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Error to Boolean - Available. . Why not for Integer and String?

Status: New

Connecting the error cluster to boolean inputs is implemented and its a very good feature. The same why not implemented for the integer and the string data types present in the error cluster. There are several instances where this will be handy to use (Error handling - every project has this) so it would be very good if this is implemented. This can be implemented with certain restrictions as done for booleans.

 

Error to Int and String 1.png

 

Error to Int and String 2.png

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The best solution is the one you find it by yourself
8 Comments
Member

I agrre, this should be a no brainer... With the new error and boolean comparison LabVIEW is training us to think in terms parts of the errror cluster being equalt to something, so if we can ask if the error is TRUE or False, why can't we ask if the error is a particular TYPE of ERROR  (or CODE) or STRING etc..

If you can compare any part of the cluster then you should be able to compare any other element that is part of that cluster so long as the TYPE is the same

Member

Kudos!

 

And a further step could be...

 

Error-numeric.png         and       Error-string.png

 

may be configurable via right click on the Case selector.

 

Cheers

Trusted Enthusiast

Good one. This could be made configurable right clicking the case seletor.

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The best solution is the one you find it by yourself
Proven Zealot

Merely because something is well defined is not a good reason to break type safety. You're not going to win my vote for this one. If you think of the error object as a whole, then asking whether it is an error or not is meaningful, but asking whether it is equal to a string is not meaningful. Asking whether it is equal to a Boolean is not meaningful -- it is never equal to a Boolean. One of its fields, yes, but not the error cluster as a whole.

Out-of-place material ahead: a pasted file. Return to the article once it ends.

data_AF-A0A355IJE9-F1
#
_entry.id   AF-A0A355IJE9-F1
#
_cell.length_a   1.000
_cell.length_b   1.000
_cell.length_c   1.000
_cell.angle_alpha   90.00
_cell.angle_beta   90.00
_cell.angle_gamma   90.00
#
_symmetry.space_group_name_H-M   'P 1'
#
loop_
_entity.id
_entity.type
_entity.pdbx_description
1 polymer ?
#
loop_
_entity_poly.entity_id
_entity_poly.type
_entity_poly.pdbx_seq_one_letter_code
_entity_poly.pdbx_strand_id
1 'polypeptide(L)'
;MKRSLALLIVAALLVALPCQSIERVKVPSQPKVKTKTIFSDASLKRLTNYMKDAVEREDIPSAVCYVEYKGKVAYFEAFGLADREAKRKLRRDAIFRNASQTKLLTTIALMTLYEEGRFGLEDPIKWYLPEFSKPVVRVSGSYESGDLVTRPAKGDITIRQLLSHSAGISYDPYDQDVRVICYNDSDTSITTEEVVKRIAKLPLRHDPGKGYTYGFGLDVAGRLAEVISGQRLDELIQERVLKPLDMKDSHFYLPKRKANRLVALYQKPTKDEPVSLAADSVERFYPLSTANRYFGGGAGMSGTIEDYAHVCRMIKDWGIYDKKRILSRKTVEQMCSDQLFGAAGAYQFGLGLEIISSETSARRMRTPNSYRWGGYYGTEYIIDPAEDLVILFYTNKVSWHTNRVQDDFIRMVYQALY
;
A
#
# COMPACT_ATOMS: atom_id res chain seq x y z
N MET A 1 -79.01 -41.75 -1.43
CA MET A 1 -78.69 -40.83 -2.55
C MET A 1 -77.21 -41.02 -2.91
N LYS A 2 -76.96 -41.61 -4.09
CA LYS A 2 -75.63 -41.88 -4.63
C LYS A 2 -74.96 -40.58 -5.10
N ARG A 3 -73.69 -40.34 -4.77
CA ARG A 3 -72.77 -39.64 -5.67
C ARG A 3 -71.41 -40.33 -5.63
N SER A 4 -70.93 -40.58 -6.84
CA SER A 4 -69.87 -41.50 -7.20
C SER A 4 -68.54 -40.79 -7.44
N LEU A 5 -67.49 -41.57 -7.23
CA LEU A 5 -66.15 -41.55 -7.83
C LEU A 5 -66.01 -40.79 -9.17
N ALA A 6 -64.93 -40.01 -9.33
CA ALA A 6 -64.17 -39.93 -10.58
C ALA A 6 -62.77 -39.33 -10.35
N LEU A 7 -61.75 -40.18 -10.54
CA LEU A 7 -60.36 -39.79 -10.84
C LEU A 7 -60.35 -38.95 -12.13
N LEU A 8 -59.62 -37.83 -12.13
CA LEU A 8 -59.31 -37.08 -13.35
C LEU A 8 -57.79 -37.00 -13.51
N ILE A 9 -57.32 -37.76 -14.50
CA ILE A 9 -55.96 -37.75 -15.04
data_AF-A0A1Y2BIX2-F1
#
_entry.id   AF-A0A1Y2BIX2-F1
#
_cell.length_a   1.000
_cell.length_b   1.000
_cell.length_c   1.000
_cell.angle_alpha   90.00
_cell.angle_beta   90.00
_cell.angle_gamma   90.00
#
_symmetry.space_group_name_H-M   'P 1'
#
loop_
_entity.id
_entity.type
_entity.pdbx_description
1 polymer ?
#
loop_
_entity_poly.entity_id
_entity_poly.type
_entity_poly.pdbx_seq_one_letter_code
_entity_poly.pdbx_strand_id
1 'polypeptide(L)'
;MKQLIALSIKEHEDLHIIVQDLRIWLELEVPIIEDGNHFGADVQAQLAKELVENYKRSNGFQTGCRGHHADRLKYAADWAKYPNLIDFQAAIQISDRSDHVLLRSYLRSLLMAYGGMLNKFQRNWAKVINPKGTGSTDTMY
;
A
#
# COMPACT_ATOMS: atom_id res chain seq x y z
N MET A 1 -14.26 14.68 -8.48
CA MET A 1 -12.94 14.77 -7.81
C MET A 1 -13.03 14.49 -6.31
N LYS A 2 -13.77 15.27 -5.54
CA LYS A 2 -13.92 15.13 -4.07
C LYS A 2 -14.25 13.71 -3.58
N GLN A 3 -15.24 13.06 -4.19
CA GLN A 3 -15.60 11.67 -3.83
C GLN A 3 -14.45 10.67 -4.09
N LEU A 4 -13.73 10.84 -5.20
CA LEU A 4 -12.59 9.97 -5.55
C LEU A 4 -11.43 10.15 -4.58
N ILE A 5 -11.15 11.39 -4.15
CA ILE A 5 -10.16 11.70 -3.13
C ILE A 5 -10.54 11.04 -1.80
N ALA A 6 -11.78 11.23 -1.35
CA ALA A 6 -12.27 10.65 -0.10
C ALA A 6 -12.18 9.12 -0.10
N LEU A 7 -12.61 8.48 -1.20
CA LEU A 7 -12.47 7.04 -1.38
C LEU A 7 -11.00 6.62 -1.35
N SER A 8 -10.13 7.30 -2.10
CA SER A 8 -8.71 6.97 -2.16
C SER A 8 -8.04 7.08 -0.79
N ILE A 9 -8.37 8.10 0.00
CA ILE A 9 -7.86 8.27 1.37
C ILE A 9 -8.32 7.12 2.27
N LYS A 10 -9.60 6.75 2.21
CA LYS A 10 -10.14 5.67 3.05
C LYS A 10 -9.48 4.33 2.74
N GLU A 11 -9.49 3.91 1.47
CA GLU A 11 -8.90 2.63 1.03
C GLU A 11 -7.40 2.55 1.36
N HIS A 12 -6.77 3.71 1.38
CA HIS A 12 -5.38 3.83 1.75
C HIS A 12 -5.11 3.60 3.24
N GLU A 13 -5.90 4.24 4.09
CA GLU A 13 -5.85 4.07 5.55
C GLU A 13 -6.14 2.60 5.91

(And I'm talking about the original idea, not Ironman99's extension, which is a wholly separate idea that I'm fairly certain is covered elsewhere in the Idea Exchange.)

Trusted Enthusiast

"Asking whether it is equal to a Boolean is not meaningful -- it is never equal to a Boolean"

 

I don't think I have posted anything like that, ofcourse its already available in 2011 - You can wire up the error cluster to gates and perform operations.

 

If you were talking about the integer type  - why not I had many case where I need to check the error code and for me I feel its meaningful.

 

Thanks

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The best solution is the one you find it by yourself
Proven Zealot

You can wire to the Boolean logic primitives (And, Or, Not, etc) but you get a broken wire if you try to wire to Equals.

Untitled.png

Trusted Enthusiast

Yes I agree comparing boolean and a boolean doesn't make any sense but comparing an integer and an integer make sense to me and in many cases we do that.

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The best solution is the one you find it by yourself
Proven Zealot

Comparing a Boolean and a Boolean does indeed make sense... they're either both true or their both false or they're not equal. It's no different from comparing two integers. What doesn't make sense is comparing an integer and an entire record of things, only one of which is an integer.

 

Untitled.png

The error code cluster is the same situation. Value wise, it is never equal. And while we could weaken the type safety to allow this, each reduction of the type safety makes it more ambiguous as to whether that was intended or accidental wiring that LV is just interpreting as valid.

 

The hole we cut for the error code cluster attaching to the Boolean functions was deliberately narrow. We did not make the error code cluster coerce to a Boolean type. We overloaded the specific functions to have meaningful definition for the error code cluster in a very limited case where the ease of use trumped the type safety because the way those nodes are used are very specific with the error code cluster. But Equals is a much more generic operation, and I would not support weakening the type safety here.

 

Again, there's no technical reason we could not do this. There are merely opinions about why we should not do this. This happens to be my opinion, and it is one that is consistent with the rest of the design philosophy of LabVIEW that keeps the language approachable for new users and maximizes readability of diagrams written by two different advanced users.